The EU's embargo on 90 percent of all its oil imports from Russia by the end of the year made most headlines last week after the bloc reached a watered-down deal to ban most of Russia's oil. But the much bigger blow to Russian oil exports that will have dramatic consequences on the global oil tanker market and oil prices comes from provision number two in the latest sanctions package—EU operators will be prohibited from insuring and financing the marine transportation of Russian oil to third countries.
With the UK set to join the insurance ban after the UK and the European Union agreeing to jointly shut off Russia's access to oil cargo insurance, Russia will be effectively shut out of more than 90% of the global oil shipment insurance market.
The insurance ban is a much bigger deal than the actual EU embargo on Russian oil imports, as it would cripple Russia's ability to export crude anywhere in the world, analysts say. Russian exports from its Arctic oil projects will be especially hit because of the higher risk of liabilities, they note.
Moscow struck a defiant tone, and Dmitry Medvedev, a former president and now deputy chairman of the Security Council of Russia, said earlier this week that Russian tankers that cannot get insurance would be provided with state assurance under Russia's trade agreements with other countries.
For some buyers, this may not be enough. For most ports in the world, this certainly will not be enough because most of the ports do not allow tankers to dock unless they have full insurance coverage, including insurance from the UK-based International Group of P&I Clubs, which handles 95% of the tanker insurance market and consists mostly of UK, U.S., and European insurers.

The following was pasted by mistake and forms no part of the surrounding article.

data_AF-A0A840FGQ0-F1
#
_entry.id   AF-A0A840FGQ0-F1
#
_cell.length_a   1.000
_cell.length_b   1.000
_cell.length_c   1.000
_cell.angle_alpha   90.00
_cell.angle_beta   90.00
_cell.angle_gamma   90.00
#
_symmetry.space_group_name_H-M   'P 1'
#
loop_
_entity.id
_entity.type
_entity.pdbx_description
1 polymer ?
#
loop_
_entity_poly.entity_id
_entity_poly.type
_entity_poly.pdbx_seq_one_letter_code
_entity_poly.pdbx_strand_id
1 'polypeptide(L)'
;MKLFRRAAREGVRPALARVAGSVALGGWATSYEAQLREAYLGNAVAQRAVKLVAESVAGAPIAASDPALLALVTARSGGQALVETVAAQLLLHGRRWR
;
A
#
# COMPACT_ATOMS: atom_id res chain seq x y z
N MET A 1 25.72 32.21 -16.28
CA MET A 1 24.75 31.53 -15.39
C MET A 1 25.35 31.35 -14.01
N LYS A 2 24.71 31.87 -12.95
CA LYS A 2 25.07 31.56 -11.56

New York-based ship broker and energy consultancy Poten & Partners says the ban would effectively remove many tankers out of the market for shipping Russian crude, leaving Russia and its willing customers China and India scrambling to find state-controlled vessels and forms of guarantees to move the oil from Russia to China and India.
"Finding these vessels and arranging insurance for them outside the EU and UK markets could be very challenging," Poten & Partners said last week, as carried by maritime news outlet Splash.
Erik Broekhuizen, head of tanker research at Poten & Partners, told NPR last week that the insurance ban is "a huge deal" in the EU's sanctions package to first ban Russian seaborne imports and then ban insurance coverage on Russian oil.
"It's the one-two punch. It's the second one that could be a knockout blow," Broekhuizen said.
The insurance ban is also a huge blow to Russia's Arctic oil projects, with Gazprom Neft and Lukoil exporting crude from three projects currently, and the biggest oil producer Rosneft looking to develop the huge Vostok Oil project. Without insurance, or insufficient insurance on the Arctic oil routes eastward to China, a tanker carrying oil in Arctic waters and ice is a disaster waiting to happen, Malte Humpert of High North News writes.
China and India are Russia's chance to divert some of the exports that would have gone to its-soon-to-be-former-top-market Europe, but the EU-UK ban on insurance could limit the amount of crude Russia could send to Asia, analysts say.
"The EU is not simply saying, OK, we're not going to take the barrels, but we're fine somebody else taking it and hence we don't have any major market disruption. The EU is actually moving to take those barrels off the market, not just move them around. And that is important," Helima Croft, head of commodity strategy at RBC Capital Markets, told NPR.
The EU's import and insurance ban will lead to higher shipping and insurance costs on top of removing part of Russia's oil off the market. As a result, oil prices will remain elevated in the near term.
By Tsvetana Paraskova for Oilprice.com
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